Bad News Trumps Good as Westpac Slammed 7%

By Glenn Dyer | More Articles by Glenn Dyer

Westpac shares were hammered yesterday, losing more than 7% in value as investors looked through the higher earnings, higher dividend and share buyback to focus on rising costs.

The shares closed at the day’s low of $23.78 after the results were released and remained around that level for most of the session. The closed down 6.4% at $24.05.

That’s a fall in value of well over $6.5 billion.

Cash earnings rose 105% to $5.35 billion, and the bank raised its final dividend to 60 cents a share, from a pandemic-affected 31c cents a year ago and revealed the $3.5 billion offmarket buyback which starts on November 17 and runs for a month.

That was $4.3 billion returned to shareholders and investors didn’t care a joy.

Analysts said the bank’s performance on costs was disappointing, after expenses rose 9% excluding notable items. A decline in the bank’s net interest margin was another key weak point, as the bank fights to maintain market share.

By way of contrast the ANZ revealed a 4% drop in costs in its final figures last week and a one tenth of a cent fall in its cost to income ratio.

Westpac’s second half net inter margin (NIM) NIM was down 10 points half-on-half to 1.99% (1.98% ex-notables).

For the coming year Westpac also warned that profit margins are expected to be lower and highlighted existing margin (excluding treasury & markets) at 1.80% (with a margin of 1.87% in the September half year).

On costs, Westpac said costs in the second half were up 9% half year on year with most of the increase due to higher staff expenses (+18%, +14% ex notables) due to the additional 1,396 full time equivalent employees over the half on higher resourcing needs to improve risk management and compliance and to support customers impacted by hardship.

Like the ANZ and the Commonwealth at June 30, Westpac’s profit received a boost from cuts to provisions for bad debts – $590 million – compared with last year, when it took charges of more than $3 billion to provide for a rise in bad or doubtful loans, which didn’t happen.

Last month, Westpac signalled it expected to take a hit of $1.3 billion to its reported net profit and cash earnings in the second half of the 2021 fiscal year due to a range of notable items.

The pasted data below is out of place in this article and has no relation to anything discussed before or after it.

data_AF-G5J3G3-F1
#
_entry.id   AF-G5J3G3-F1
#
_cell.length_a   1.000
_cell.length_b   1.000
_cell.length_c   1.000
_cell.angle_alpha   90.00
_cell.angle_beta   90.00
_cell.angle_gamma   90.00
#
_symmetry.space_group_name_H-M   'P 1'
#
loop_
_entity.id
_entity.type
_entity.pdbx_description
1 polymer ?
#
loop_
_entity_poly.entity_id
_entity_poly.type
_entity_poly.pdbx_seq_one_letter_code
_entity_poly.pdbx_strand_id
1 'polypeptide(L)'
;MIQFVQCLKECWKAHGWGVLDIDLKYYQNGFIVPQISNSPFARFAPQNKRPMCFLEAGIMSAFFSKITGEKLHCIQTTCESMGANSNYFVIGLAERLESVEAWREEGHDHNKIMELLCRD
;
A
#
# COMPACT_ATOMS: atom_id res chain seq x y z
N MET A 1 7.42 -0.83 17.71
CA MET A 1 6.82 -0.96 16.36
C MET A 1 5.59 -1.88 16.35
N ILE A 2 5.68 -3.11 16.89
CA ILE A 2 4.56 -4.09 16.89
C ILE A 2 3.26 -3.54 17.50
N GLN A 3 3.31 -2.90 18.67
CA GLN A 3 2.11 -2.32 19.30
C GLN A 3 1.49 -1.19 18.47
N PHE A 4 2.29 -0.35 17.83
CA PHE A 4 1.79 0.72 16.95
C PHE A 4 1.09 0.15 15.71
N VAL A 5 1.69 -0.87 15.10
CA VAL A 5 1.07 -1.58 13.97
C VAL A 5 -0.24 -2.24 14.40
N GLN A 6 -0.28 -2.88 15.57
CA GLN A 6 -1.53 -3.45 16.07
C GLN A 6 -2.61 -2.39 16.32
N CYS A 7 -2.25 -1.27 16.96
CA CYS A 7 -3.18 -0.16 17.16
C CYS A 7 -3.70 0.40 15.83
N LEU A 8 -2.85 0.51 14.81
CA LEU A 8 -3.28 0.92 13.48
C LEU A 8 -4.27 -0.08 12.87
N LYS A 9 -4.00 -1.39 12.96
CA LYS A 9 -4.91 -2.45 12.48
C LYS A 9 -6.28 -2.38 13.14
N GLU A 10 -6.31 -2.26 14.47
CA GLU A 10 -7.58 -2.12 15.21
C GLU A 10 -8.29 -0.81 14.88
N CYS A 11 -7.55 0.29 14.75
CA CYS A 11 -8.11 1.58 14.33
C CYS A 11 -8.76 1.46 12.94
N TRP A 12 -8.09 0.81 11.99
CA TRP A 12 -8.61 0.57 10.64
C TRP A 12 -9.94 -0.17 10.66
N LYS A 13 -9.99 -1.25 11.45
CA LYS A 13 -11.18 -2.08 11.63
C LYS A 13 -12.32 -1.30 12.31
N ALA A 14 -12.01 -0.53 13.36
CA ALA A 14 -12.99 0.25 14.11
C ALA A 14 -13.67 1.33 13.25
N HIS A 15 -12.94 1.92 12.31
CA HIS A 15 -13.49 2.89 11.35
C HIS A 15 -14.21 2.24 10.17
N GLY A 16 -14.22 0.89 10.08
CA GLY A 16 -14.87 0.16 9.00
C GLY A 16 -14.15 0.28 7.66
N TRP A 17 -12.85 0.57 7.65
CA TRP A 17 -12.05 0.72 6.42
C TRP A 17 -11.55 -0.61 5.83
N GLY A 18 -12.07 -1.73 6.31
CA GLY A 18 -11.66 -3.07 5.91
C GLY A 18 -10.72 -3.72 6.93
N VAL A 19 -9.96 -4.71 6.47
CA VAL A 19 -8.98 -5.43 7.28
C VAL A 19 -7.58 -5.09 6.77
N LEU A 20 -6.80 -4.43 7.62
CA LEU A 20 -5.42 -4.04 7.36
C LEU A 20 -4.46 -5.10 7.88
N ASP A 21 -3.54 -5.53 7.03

Westpac said it had an impairment benefit of $590 million for the year.

Westpac reported a CET1 capital ratio (that’s the top capital ratio, the minimum is 10.5%) of 12.32% at year-end, up 119 basis points, and said credit quality was sound with stressed exposures to total committed exposures 1.36%, down 55 basis points.

“Following the buyback, Westpac will continue to have a strong capital position to respond to uncertainties, and to support growth and our customers. This capital position, together with surplus franking credits and the potential for further asset sales, creates flexibility for the board in its ongoing considerations on capital management,” Westpac said in Monday’s statement.

Westpac’s Australian mortgage portfolio was up 3% to $14.7 billion over the year, which was a significantly better performance than 2020. Owner occupied lending rose 9%, while total customer deposits rose by 4%, or $24.9 billion.

Australian business lending lifted 4% in the second half of fiscal 2021.

CEO Philip King said Westpac’s cost reset program, targeting an $8 billion cost base by the 2024 fiscal year was under way.

“We expect our costs to begin reducing in the year ahead from our simplification and the completion of key programs in our Fix priority,” he said.

That outcome can’t come quick enough judging by the market reaction yesterday.


About Glenn Dyer

Glenn Dyer has been a finance journalist and TV producer for more than 40 years. He has worked at Maxwell Newton Publications, Queensland Newspapers, AAP, The Australian Financial Review, The Nine Network and Crikey.

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